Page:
Written Arts: The Right Thing to Do?

The bakery was a hometown favorite, or at least it used to be. Mary Anne’s was the place that drove people to the neighborhood. The street had other neighborhood secret destinations too, but everyone went to Mary Anne’s for a famous hot double chocolate chunk cookie. The original Mary Anne’s made 500 of the double chocolate chunk cookies throughout the day. Since five locations grew all around town, no one came to the original store anymore. No one had a reason. The owner didn’t care though. Daily goals were made and the store was small. The store also stopped giving out free cookies to kids under 10. Not to mention it doesn’t have its annual Christmas Cookie Fest. A day where kids in the neighborhood get to decorate a cookie for free. Things haven’t been the same for a while.

Nathaniel was bouncing a pen off the counter, over, and over, and over….

“Nate!” yelled the owner.

Nathaniel rolled his eyes. Mr. Garrison’s presence was a rarity nowadays.

“Yes?” said Nathaniel.

“I’m going to do some paperwork in the back,” he said. “Make yourself productive and mop the floor.”

Mr. Garrison went into the back and Nathaniel grabbed the mop and started behind the counter. An elderly woman came into the store. She was no stranger to the bakery. Nathaniel loved her daily visits. She worked at the shelter across the street. She always wore the same red plaid scarf and that didn’t quite match with her green and blue striped glasses.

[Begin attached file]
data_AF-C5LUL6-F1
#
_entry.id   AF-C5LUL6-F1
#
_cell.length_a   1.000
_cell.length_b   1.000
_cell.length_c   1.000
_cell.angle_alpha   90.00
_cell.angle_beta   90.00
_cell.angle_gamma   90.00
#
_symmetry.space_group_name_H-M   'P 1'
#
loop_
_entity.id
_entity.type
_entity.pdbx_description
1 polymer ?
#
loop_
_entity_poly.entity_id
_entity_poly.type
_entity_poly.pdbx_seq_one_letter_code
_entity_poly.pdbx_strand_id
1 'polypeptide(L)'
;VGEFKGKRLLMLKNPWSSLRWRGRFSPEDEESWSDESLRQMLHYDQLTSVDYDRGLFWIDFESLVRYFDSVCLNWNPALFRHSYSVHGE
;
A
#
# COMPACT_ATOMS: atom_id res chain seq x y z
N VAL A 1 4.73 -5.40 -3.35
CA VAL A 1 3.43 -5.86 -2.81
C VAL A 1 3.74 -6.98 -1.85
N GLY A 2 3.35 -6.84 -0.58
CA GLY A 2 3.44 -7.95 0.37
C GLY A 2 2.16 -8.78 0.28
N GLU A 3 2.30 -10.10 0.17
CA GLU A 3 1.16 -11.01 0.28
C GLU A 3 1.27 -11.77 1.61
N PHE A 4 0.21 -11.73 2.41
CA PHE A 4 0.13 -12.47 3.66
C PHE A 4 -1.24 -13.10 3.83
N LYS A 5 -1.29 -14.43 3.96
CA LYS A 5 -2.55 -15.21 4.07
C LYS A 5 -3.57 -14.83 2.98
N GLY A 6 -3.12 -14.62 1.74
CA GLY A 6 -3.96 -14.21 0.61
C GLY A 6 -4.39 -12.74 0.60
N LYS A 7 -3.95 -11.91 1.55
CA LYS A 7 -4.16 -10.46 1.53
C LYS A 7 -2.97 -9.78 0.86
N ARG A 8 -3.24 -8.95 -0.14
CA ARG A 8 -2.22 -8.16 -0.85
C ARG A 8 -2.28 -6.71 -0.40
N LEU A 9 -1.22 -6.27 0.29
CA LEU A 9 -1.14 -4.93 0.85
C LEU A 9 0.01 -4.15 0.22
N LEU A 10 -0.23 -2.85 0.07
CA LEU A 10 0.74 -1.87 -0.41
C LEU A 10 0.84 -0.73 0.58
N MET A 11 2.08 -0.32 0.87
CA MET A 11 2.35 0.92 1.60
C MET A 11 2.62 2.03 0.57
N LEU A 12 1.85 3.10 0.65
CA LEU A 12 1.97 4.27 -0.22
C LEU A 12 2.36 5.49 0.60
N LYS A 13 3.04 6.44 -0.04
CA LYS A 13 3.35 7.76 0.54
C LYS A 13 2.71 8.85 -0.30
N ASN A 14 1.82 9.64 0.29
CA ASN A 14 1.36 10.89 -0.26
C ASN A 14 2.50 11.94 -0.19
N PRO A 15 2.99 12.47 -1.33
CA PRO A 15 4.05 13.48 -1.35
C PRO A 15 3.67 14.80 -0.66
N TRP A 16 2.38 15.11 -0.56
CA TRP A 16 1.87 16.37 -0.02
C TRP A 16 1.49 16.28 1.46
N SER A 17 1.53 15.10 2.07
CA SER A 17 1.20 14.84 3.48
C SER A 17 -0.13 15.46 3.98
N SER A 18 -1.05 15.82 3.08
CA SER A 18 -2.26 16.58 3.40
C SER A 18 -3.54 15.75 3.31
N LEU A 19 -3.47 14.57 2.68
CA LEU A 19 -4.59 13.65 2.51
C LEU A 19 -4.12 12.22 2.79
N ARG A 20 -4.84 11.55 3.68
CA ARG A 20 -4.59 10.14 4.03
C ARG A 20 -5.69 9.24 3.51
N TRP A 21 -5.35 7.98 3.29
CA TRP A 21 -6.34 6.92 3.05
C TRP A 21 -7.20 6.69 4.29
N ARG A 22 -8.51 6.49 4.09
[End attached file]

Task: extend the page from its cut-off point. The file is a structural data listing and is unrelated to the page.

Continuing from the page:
“Hi, Maria,” said Nathaniel.

“Hello, darling,” she said. “Are they ready yet?”

“Not exactly, Maria. I promise I’ll distribute them when I’m done tonight.”

“Oh, thank you!” Maria’s big eyes got even bigger and twinkled bright. “You don’t know how much this means to us.”

“Don’t worry about it, see you in about an hour.” Nathaniel’s smile filled his face.

Maria left and headed back across the street. Her routine line. Maria’s job was to get everyone checked into the shelter. Nathaniel knew almost every face. John in the front lost his wife and then his job. Jody broke her leg and since she couldn’t afford the best care, it took her longer to heal, so they let her go. They made up a different reason to let her go, though, said she wasn’t ‘able to fit their company’s needs for an employee’. She was working as a painter, maybe a carpenter. The woman in the back was always with her son. He always had a blue ball cap and a superhero backpack on. He was always so happy, tossing drawings around in his hands trying to show everyone all his drawings at one time. He even drew a cookie for the store, but it was taken down. He doesn’t know it’s still not on the wall. Nathaniel hid it in one of the counter’s cabinet doors. Mr. Garrison said it didn’t fit the store’s brand. Nathaniel thought the opposite, it was the store’s brand. Hometown, homemade, a place for the community to enjoy and feel at home.